El Dorado National Forest, CA Bomber Crash, Nov 1941

CRUSHED BODY OF ARMY FLIER FOUND IN WRECKED BOMBER.

PILOT STAYED WITH SHIP AS IT PLUMMETTED TO EARTH IN SNOWSTORM.

Georgetown, Calif., Nov. 4. -- (AP) -- The crushed body of Lieut. M. H. WALKER, pilot of an army bomber torn to pieces in mid-air by a storm was found today in the cockpit of his wrecked plane, the forest service reported.
Forest Supervisor Edwin F. Smith telephoned Georgetown station, saying the body had been found in the El Dorado National Forest, 40 miles east of Georgetown.
Lieut. WALKER stayed with his disintegrating ship as it plunged earthward in a snowstorm Sunday night. Either other men in the bomber crew were thrown out of it and parachuted to safety in the Sierra foothills.
The discovery raised the known death toll from 11 army planes crashed in Northern California within 10 days to 10.
Bodies of two airmen were reported found earlier today in the wreckage of an army plane in Niles Canyon, a few miles from the southern tip of San Francisco bay. The plane was identified tentatively as that carrying Lieut. ROBERT AGNEW, 23, of Donalds, S.C., and Pvt. DAN FISH of Willits, Calif., center of the 1940 University of San Francisco football team.

Daily Capital News Jefferson City Missouri 1941-11-05

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DOWN ON PEAK.

Georgetown, Calif., Nov. 2. -- (AP) -- The U. S. ranger station at Georgetown informed McClellan Field tonight a four-motored army bomber, with possibly seven men on board, crashed on Tells Peak in the rugged Sierra Nevada.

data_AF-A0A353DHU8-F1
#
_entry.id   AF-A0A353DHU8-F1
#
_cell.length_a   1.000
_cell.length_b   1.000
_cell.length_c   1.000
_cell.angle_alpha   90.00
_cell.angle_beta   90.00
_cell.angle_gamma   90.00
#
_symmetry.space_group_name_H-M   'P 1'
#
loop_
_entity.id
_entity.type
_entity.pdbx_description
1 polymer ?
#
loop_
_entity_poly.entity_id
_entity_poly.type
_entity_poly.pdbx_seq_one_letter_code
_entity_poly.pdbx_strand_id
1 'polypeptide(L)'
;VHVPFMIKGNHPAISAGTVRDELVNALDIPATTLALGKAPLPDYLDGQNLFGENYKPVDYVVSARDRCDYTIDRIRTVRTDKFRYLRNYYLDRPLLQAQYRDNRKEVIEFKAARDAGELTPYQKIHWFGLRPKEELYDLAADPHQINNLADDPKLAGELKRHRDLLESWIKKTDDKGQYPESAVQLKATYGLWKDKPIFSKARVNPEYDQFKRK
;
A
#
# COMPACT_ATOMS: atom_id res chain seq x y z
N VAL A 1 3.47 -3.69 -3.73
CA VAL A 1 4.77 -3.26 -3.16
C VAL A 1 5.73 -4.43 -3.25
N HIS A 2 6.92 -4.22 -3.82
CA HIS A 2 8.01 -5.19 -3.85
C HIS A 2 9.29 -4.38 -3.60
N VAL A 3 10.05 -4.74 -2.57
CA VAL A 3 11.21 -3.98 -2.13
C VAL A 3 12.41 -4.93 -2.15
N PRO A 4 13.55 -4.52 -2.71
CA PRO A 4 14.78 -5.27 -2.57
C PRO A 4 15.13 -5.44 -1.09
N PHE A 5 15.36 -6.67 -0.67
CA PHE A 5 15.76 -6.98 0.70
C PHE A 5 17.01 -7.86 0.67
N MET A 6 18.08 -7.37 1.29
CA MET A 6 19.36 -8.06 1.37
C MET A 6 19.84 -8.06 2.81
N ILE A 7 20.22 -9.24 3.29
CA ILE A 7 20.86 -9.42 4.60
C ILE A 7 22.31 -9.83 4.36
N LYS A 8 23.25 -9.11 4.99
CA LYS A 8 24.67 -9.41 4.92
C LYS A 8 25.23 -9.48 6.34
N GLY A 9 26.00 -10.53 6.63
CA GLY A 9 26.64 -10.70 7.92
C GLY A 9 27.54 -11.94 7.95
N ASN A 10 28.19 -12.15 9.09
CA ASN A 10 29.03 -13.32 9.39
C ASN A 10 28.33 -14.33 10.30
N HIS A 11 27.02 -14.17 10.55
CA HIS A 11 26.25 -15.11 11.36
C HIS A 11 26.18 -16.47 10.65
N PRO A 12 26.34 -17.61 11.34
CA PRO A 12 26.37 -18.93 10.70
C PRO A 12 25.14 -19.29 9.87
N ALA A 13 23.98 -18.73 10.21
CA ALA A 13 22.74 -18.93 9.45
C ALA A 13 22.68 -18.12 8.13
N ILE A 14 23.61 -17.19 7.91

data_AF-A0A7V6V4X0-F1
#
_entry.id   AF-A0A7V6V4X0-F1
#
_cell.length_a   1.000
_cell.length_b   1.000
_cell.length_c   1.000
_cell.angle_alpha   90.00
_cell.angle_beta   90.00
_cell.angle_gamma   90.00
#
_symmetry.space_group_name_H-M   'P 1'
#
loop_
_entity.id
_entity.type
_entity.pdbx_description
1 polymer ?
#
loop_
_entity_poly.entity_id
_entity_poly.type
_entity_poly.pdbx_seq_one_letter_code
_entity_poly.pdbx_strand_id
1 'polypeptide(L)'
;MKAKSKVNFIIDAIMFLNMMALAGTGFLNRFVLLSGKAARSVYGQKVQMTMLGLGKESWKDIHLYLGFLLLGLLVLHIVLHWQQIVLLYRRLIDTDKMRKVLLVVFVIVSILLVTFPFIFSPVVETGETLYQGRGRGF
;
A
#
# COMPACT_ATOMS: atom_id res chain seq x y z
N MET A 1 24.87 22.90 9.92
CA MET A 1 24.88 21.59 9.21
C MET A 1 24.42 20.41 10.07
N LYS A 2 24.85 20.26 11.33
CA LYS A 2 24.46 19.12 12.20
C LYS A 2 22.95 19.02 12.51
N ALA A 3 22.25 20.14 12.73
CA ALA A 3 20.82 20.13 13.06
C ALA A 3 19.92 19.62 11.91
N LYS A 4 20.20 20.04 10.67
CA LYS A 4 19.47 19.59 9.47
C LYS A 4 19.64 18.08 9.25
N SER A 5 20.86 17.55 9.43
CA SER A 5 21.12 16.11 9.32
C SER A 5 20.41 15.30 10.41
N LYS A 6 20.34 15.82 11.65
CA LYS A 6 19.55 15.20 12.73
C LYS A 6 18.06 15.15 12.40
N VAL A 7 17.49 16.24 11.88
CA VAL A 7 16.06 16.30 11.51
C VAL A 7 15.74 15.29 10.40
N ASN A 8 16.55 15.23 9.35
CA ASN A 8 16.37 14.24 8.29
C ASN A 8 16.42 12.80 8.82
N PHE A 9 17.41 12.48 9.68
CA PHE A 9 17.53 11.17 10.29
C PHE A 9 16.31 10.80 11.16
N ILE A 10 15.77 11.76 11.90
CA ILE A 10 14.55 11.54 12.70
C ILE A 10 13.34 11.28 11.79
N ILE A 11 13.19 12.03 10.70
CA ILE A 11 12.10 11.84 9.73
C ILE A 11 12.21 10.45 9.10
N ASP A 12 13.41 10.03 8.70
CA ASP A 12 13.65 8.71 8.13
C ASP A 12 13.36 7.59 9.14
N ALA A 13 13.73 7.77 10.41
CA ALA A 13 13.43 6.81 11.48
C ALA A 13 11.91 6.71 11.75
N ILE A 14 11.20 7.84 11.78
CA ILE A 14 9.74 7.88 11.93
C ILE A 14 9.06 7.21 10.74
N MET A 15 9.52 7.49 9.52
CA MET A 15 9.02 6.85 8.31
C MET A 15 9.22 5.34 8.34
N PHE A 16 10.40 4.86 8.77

The report came after two members of the nine-member crew parachuted to safety from the plane around noon. It was not known definitely, however, whether the remaining seven men were still aboard when it crashed. Tells Peak is between 20 and 30 miles northeast of Georgetown.
Operations at McClellan said they believed there was time for several others to have jumped after Corporal STERLING ISOM and Pvt. First Class ALDEN H. STOOKEY
took to their chutes.
The plane, a B17 bomber enroute from Reno, Nev., to Sacramento, was flying at 12,000 feet in a snowstorm at the time ISOM and STOOKEY jumped.
Capt. N. C. Christensen, Fort Douglas, released list crew B17 bomber as follows:
Second Lieut. L. M. H. WALKER, no home address.
Second Lieut. J. R. MODE, Fort Worth, Tex.
Staff Sgt. EUGENE M. CLEMENS, Chamberlain, S. C.
Corporal WALTER B. GLANZ, no home address.
Corp. STERLING ISOM, Hurricane, Utah.
Pvt. 1st Class HAROLD SALISBURY, Bangor, Me.
Pvt. 1st Class FRED E. PEKURI, Portland, Ore.
Private ALDON H. STOOKEY, Corning, Calif.
Private ROBERT V. MOSELY, Columbus, Neb.
ISOM and STOOKEY said they had been instructed to jump when the bomber became lost in a snowstorm. They said the plane disappeared into the swirling snow almost as they leaped, and that they could not tell whether it had made a successful forced landing or had cracked up.
A 20-man rescue party, equipped with portable radios, was organized immediately and, with STOOKEY and ISOM to guide it, prepared to leave immediately for Tells Peak to start a search for the missing bomber.
It probably would be daylight however, before they could reach the area.

Independent Helena Montana 1941-11-03